Lack of meaning leads to temporary survival techniques. Frankl states that 90 percent of the alcoholics suffered from “an abysmal feeling of meaningless” and 100 percent of drug addicts believed that “things seemed meaningless.” Temporary euphoria makes us forget. Exercise and sex can accomplish the same end result. I can’t blame a person for grabbing onto anything that appears to appease the problem. Unfortunately, we just don’t realize that these temporary solutions make the problem worse. We don’t feel more meaningful after inebriation – we actually feel less valuable through a decline in self-worth. Sex with a stranger is empty and insecurities about being desirable in the long-term rise to the surface. We aren’t fooling anyone – especially ourselves. We know we are hiding from our ultimate cure. Why is the search for a long-term solution so difficult? The first problem is the addiction to temporary cures. We don’t want to experience the lack of euphoria in addition to our feelings of inferiority. Major suffering occurs when we give up something that provides pleasure. After we get through that particular form of suffering, we then have the bigger problem to solve. Some people stay in unpleasant circumstances because the fear of recovery is debilitating.

Frankl states that meaning can be found by 1) creating work or doing a deed, 2) experiencing something or encountering someone, or 3) the attitude we take toward unavoidable suffering. We control all of these solutions. The hardest thing to understand is the meaning of suffering. Victor Frankl survived Auschwitz because he was determined to stay alive to finish a manuscript he started. Whenever he felt a lack of purpose, he would start writing on scraps of paper. He found meaning in an environment of suffering. Suffering also provides us with the lesson of sacrifice. Learning what we can live without gives us appreciation for what we have. Through suffering, we grow. We just need to understand that suffering is temporary but the only way we will know its benefit is to survive its pain. Everything changes -- but if we give up, we will never know the end result.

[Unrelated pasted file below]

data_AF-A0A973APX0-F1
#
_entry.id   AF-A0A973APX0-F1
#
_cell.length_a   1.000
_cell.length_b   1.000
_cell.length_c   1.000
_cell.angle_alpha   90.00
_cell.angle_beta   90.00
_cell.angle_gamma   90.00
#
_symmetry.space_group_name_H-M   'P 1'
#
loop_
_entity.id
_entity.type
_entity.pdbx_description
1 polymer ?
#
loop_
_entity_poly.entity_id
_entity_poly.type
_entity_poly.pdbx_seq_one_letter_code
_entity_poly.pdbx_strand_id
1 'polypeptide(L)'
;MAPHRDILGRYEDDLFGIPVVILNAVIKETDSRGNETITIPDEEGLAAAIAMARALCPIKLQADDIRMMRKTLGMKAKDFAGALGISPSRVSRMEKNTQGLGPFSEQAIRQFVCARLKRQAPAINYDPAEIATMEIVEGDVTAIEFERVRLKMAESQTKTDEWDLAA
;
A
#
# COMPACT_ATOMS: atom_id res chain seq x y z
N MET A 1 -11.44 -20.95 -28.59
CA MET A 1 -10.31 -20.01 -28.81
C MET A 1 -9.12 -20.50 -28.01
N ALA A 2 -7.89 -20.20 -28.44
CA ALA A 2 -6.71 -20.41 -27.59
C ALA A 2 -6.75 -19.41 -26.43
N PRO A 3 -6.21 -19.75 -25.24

In other words, suffering is actually a disguised blessing because of the challenge we face in surviving it. Scaling Mount Everest may be difficult but surviving suffering is a psychological crisis that has no parallel. Through suffering we learn and grow, and it offers more opportunities for spiritual evolution than any other challenge we will face in life. A friend related an interesting story to me that explained the gift of suffering. She recalled, “About 10 years ago, I was on a similar career path as a colleague of mine. At one point on this path, I decided to start my own company and my colleague took a job with an established company. Since the capital markets dried up and the economy went into a severe recession, I went from a position of financial security to a three-year struggle where I didn’t have enough money to pay my bills or rent, I had no health insurance and I barely had money for food. I finally understood true suffering and anxiety attacks became the norm. At the same time that I was extremely unfortunate, my colleague ended up being extremely lucky. He took a job with a company that had hit a trend and sales skyrocketed. He ended up making close to $1 million a year and with stock options would end up with at least $20 million after a few years work. In comparison, I initially felt that life was not particularly fair to me but then I realized that I had underestimated the value of my suffering. The experience gave me a chance to experience genuine psychological growth. On the other hand, my colleague would never have the chance to face the issues that I had faced during this three-year period. He would never understand the challenge of survival and he would never be provided with a similar opportunity for spiritual development. Though the suffering was extremely painful, it had meaning for me. It helped me to understand what is truly important in life, and it surely wasn’t money. Although I would never want anyone to experience the type of pain that I felt, I feel grateful for being able to stand so close to the edge of my existence. The experience will forever change me and I will never again be able to take anything for granted. Without being faced with the challenge of survival, I would not be who I am today. I am happy that my colleague will always live a comfortable life and I am happy for his success. Yet, at the same time, I feel a little sad that life has been so easy for him. His financial security may prevent him from seriously questioning his self-worth, his value to society, or the meaning of life. All of these questions are paramount to a person’s spiritual evolution. Maybe we just have different purposes in life. My path may be harder and may not be filled with external rewards but at least I will know that I can survive some of the toughest challenges in life. My self-importance will never be overrated and I will always be grateful for the smallest pleasures. The memory of the hell I experienced puts everything in perspective.”